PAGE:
A Score for Risk of Thrombolysis-Associated Hemorrhage Including Pretreatment with Statins

Introduction

Symptomatic intracranial hemorrhage (sICH) occurs in 2–4% of patients receiving intravenous recombinant tissue-plasminogen activator (rt-PA) for acute ischemic stroke (1–3). sICH is associated with poor clinical outcome and a high fatality rate of approximately 50% (4).

Therefore, the accurate identification of patients with higher risk of rt-PA-related hemorrhage is of high relevance. Several predictive instruments for estimated risk of sICH after thrombolytic therapy have been developed in recent years (e.g., HAT, MSS, THRIVE, SITS-sICH, SEDAN, and TURN) (5–10). However, they showed modest to moderate discriminatory ability only and it has been suggested that the accuracy of scores may be improved by inclusion of additional risk factors (11). Indeed, novel putative risk factors for sICH have been identified, namely, severe renal impairment and prior use of medium to high-dose statins (12, 13), which are not part of existing sICH scores. Furthermore, some of the existing scores rely on identification of early ischemic changes on computer tomography (CT), requiring trained stroke neurologists or neuroradiologists (14). Moreover, scores including early ischemic changes on CT are not applicable in MRI-based thrombolysis. We therefore aimed to develop a simple score based on history, clinical, and laboratory data, which may be used in clinical settings without quick and reliable assessment of early signs of infarction on CT. Specifically, we aimed to evaluate whether inclusion of severe renal impairment and prior use of statins can improve the discrimination of sICH in a predictive score.

Materials and Methods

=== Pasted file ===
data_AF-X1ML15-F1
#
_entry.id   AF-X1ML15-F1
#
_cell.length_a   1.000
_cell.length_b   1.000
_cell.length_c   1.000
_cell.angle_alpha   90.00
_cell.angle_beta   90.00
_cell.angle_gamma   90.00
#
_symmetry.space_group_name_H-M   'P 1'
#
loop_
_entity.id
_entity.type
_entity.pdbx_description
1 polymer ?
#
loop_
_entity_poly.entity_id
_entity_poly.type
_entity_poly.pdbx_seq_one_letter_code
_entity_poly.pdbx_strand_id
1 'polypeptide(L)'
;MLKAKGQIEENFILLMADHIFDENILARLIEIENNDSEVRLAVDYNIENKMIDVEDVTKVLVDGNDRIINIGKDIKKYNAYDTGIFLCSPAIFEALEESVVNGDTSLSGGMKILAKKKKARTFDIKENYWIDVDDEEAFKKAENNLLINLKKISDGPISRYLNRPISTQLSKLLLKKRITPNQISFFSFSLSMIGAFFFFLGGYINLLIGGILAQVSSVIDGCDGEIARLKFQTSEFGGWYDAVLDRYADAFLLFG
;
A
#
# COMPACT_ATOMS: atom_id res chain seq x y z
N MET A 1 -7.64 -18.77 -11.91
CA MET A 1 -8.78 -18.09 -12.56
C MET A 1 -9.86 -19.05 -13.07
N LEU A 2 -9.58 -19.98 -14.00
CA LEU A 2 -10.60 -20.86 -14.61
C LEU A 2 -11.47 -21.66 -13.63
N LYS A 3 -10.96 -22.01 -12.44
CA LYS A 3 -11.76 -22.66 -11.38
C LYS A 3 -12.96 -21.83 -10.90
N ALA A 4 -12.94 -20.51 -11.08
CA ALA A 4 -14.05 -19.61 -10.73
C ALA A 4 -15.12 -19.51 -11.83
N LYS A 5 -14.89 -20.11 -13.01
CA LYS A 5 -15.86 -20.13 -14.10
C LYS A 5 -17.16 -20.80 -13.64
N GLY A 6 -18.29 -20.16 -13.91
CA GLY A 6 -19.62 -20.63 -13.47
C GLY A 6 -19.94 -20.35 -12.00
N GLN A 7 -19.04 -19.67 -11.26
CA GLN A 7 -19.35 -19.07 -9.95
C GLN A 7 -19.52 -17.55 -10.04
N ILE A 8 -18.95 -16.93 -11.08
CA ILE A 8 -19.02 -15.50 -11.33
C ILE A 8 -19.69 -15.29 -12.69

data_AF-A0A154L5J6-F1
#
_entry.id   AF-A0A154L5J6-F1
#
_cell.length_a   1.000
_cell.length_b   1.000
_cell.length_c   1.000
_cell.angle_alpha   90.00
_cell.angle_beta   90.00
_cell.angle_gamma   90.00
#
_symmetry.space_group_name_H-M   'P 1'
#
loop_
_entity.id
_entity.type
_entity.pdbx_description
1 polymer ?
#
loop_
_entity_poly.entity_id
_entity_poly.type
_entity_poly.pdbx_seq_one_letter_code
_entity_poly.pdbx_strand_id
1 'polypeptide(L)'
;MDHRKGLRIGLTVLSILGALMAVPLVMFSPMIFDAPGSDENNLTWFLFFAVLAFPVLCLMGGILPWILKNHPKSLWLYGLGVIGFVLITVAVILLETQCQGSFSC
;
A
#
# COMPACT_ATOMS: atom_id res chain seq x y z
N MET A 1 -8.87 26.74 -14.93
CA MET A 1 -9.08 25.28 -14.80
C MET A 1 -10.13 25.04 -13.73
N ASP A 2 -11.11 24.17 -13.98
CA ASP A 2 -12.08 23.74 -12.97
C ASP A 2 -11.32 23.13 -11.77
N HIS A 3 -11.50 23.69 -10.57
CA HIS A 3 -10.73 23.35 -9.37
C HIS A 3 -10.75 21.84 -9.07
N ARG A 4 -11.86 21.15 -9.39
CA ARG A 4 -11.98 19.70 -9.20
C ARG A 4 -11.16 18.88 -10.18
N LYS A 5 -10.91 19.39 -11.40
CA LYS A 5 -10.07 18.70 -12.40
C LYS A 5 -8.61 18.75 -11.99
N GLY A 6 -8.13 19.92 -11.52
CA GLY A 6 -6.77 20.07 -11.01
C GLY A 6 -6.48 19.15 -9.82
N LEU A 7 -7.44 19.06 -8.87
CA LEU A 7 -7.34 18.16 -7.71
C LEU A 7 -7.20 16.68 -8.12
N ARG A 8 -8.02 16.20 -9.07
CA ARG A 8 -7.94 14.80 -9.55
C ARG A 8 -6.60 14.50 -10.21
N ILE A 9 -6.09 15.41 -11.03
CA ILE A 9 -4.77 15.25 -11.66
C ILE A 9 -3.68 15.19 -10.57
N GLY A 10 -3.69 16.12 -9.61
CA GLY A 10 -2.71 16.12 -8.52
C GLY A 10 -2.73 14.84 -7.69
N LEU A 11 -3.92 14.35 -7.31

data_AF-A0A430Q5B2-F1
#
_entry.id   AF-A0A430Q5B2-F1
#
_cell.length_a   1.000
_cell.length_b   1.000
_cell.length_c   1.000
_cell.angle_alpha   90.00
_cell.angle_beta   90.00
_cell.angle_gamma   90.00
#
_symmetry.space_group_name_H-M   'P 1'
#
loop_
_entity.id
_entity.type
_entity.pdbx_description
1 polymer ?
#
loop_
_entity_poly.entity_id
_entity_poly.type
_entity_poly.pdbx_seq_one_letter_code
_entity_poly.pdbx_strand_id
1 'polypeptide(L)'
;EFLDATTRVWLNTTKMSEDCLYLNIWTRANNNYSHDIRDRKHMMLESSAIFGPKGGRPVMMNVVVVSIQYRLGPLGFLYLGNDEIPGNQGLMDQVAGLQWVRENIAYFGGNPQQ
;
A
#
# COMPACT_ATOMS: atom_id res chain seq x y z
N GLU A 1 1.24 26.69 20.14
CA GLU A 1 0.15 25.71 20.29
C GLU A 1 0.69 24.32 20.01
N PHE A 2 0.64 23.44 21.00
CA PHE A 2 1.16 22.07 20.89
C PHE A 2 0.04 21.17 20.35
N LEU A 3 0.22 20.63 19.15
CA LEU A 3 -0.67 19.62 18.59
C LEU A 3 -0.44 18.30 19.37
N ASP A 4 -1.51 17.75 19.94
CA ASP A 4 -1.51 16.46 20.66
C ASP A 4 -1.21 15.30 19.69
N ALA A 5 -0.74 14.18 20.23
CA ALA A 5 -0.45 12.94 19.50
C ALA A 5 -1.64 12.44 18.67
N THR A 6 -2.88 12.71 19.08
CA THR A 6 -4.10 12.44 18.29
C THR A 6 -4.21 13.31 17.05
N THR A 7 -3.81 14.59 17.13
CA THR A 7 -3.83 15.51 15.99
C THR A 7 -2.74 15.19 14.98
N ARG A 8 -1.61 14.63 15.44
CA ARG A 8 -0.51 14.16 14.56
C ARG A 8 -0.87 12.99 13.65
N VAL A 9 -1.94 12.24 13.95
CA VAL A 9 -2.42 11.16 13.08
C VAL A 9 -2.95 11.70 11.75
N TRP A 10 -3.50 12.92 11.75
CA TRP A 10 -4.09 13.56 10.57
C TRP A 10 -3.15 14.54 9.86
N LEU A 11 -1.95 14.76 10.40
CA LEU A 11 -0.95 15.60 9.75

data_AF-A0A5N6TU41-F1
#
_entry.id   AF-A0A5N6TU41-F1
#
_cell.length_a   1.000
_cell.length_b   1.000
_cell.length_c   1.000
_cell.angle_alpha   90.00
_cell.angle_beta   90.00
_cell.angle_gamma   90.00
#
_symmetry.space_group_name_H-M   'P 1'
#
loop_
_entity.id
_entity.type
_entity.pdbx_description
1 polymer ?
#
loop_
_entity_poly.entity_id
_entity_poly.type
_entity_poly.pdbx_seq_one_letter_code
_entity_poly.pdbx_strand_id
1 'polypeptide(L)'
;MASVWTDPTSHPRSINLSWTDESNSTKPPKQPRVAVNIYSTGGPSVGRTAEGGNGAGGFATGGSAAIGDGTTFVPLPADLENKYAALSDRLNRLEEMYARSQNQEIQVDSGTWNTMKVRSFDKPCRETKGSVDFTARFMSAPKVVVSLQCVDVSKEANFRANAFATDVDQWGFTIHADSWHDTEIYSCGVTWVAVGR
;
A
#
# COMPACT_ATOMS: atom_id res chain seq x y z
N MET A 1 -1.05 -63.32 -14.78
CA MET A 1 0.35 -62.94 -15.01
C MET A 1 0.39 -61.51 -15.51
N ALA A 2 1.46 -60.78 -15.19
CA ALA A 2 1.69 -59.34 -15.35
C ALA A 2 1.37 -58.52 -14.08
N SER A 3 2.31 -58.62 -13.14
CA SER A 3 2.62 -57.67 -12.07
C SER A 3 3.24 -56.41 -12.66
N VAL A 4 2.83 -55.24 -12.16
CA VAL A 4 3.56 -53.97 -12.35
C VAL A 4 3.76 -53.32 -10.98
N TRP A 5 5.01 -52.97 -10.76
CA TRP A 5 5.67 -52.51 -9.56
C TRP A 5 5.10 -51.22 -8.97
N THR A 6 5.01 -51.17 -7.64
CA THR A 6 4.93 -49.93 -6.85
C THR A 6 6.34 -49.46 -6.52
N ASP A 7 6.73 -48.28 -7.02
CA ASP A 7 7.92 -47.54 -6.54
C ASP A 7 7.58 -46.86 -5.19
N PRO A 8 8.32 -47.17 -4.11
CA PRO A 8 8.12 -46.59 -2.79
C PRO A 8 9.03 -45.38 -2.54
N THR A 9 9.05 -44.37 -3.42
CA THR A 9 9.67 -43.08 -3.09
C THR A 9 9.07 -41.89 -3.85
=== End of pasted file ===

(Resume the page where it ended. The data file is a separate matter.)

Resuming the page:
Study Population and Data Acquisition

From January 2006 to March 2016, all consecutive patients with acute ischemic stroke admitted to our tertiary care center (Department of Neurology, Charité—Universitätsmedizin Berlin, Campus Benjamin Franklin) and undergoing intravenous thrombolysis were included in a prospective database. Our prospective database was approved by the ethics committee of the Charité—Universitätsmedizin Berlin (Institutional Review Board number EA4/061/14). An ethics committee approval was not required for the current analysis, in accordance with laws and regulations in the Federal State of Berlin. Stroke severity on admission was assessed using the National Institutes of Health Stroke Scale (NIHSS) by a trained neurologist. Demographics, vascular risk factors (applying criteria used in prior research), admission blood pressure, glucose levels, creatinine, estimated glomerular filtration rate (eGFR), time from onset of stroke symptoms until treatment, previous medication including statin, and anti-platelet use were recorded. Simvastatin 40 mg and simvastatin 80 mg (or equivalents, see Table S1 in Supplementary Material) were defined as medium- and high-dose statin use, respectively (12, 15, 16). Renal impairment was assessed by eGFR using the CKD-EPI formula (13). Patients underwent neuroimaging before treatment and routinely 24–36 h after thrombolysis or earlier in case of deterioration. Brain images were analyzed by trained neuroradiologists. Presence of symptomatic hemorrhage according to criteria of the European-Australasian Acute Stroke Study (ECASS-III) was recorded (17). The main outcome parameter was the occurrence of sICH after thrombolysis.

Data Analysis, Score Derivation, and Score Validation

For categorical variables, proportions were calculated by dividing the number of events by the total number of patients, excluding missing or unknown cases. For continuous variables, median and interquartile ranges (IQR) were calculated.